Sometimes referred to as “the architect of the Holocaust,” Adolf Eichmann was the embodiment of calculation and efficiency at the expense of any recognizable humanity. Having facilitated the transportation of hundreds of thousands of Jews to the concentration camps in Eastern Europe, Eichmann found himself the “most wanted man in the world” at the end of WWII; he fled, initially hiding in North Germany, and was eventually captured in Argentina and brought to Israel to face charges of war crimes in 1960. A talented, fastidious organizer, Eichmann had managed to obscure most of the trails of communication that directly connected him to the mass murders. Insisting that he was a “cog in a particularly intimidating machine” (perhaps one of the greatest understatements of all time), and therefore technically “blameless,” Eichmann was surprisingly tricky to prosecute.
Eichmann presents this dilemma as a routine legal procedural, a traditional movie showdown between an aging trickster and a young buck with something to prove. (Though ethnically inappropriate, one still half waits for an appearance by Anthony Hopkins.) Thomas Kretschmann fares relatively well as Eichmann, convincingly self-contained and casually ruthless in his entitlement, but Troy Garity is less fortunate as Eichmann’s sparing partner, Avner Less, the Israeli police officer who has to wring a confession out of the prisoner before the press discovers his own conflict of interest. Garity has been charged with an insurmountable number of clichés to enervate (tortured, idealistic, ambitious, etc.), and so your sympathy tends to extend to him over the character he’s actually playing. As Less’s wife, Franka Potente—a warm, occasionally volatile presence in the movies—is wasted in an infuriatingly typical role that amounts to nothing.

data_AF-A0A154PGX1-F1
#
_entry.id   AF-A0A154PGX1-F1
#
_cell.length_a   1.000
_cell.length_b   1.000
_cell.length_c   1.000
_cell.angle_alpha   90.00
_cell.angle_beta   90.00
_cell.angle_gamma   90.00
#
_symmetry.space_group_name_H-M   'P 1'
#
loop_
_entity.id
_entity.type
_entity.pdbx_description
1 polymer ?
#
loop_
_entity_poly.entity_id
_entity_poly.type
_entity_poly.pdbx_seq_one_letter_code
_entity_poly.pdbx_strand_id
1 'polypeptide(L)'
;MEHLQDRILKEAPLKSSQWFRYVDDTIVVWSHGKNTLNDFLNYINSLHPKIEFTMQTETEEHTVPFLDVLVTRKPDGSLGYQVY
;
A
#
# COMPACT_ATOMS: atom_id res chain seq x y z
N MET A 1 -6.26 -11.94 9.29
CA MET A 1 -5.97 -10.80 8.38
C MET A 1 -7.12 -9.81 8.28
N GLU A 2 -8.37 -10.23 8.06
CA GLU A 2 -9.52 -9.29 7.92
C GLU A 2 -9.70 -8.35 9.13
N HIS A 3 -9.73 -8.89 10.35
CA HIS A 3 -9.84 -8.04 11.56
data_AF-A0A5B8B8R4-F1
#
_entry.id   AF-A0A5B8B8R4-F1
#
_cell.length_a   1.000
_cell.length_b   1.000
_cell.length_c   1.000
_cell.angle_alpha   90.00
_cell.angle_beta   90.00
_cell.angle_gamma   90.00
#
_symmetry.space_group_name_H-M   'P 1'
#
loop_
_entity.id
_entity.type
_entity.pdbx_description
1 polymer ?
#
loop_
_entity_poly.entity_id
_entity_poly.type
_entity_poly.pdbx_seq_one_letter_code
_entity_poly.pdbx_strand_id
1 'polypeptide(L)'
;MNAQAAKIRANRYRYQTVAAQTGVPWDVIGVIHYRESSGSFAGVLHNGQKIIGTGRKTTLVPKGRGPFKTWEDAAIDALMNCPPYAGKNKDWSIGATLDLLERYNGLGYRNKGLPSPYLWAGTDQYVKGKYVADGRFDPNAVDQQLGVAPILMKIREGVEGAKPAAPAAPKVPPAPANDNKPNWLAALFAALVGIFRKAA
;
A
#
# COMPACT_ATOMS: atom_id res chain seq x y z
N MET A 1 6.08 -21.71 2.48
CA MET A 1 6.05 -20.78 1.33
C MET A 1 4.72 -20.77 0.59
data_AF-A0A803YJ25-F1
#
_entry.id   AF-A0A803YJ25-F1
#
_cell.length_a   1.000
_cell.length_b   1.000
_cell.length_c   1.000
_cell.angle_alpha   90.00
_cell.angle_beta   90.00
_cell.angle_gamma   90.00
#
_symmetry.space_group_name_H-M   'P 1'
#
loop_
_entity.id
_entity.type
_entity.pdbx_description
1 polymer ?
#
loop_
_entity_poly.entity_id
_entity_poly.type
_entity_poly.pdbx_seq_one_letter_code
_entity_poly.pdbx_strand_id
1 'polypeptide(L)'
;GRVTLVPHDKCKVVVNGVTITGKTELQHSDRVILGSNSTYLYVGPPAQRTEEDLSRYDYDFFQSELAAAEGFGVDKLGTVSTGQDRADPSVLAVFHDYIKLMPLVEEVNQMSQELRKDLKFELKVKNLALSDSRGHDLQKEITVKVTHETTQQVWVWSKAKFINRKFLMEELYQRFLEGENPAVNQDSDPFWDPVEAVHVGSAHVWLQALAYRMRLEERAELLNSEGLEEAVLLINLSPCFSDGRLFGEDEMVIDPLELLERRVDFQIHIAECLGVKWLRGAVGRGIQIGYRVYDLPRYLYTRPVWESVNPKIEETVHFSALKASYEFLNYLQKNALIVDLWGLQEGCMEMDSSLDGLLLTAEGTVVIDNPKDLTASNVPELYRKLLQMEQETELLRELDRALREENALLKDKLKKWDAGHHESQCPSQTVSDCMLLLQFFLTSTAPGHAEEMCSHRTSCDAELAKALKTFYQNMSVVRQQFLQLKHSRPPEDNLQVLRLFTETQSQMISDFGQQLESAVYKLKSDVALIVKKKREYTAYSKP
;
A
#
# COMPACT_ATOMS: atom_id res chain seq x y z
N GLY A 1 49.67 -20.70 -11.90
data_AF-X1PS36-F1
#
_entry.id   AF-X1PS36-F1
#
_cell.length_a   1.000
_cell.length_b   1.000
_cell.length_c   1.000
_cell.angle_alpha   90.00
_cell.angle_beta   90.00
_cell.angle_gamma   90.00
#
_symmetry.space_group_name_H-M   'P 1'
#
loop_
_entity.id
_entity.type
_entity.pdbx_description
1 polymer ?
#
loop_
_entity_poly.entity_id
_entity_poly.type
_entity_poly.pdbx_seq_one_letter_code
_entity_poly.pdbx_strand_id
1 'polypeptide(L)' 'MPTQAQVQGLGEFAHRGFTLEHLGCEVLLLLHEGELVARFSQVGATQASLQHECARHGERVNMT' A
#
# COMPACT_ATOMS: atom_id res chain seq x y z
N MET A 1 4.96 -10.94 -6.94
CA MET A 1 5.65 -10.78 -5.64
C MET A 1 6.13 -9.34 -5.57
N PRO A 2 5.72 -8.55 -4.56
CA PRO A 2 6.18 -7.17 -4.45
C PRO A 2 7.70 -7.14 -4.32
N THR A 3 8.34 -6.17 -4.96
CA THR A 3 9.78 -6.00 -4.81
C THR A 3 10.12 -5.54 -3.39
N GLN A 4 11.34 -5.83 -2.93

Eichmann has two considerable problems, one simple, one just a shade more complicated. Simply, the film is boring. Less asks Eichmann if he directly signed a document that authorized the transportation of Jews to Auschwitz, Eichmann denies it, and we know that that Less knows Eichmann is lying. And we also know that Eichmann knows that Less knows he’s lying. Rinse and repeat with differing Holocaust-related atrocities and you have most of the film, with—let’s face it—a known outcome.
The more complicated issue seems to plague most Holocaust-themed films: an excessive, creatively stifling reverence. Characters aren’t characters in most of these films but sounding boards of fury and righteous indignation. Understandable, to an extent, but the good intentions kill the drama, impeding originality and impact. A number of these films, including Eichmann, amount to little beyond a too-obvious sentiment: that the Holocaust was tragic and morally disgusting, to put it mildly. These sorts of films reduce and condescend to the Jewish people in the opposite direction; as they aren’t allowed flaws, ambiguity, contradiction, mystery. The Jews aren’t allowed to be alive; they must be saintly and distinguished, standing in for every person of their heritage that was tormented or killed in the Holocaust or elsewhere. These canned-history numbers diminish the subject matter, as Eichmann could be just another bland program you flip through on the way to the History Channel as you crack open your third beer. And it’s that kind of apathy that is most dangerous, that nurtures the kind of unquestioned complacence that these films strive to correct.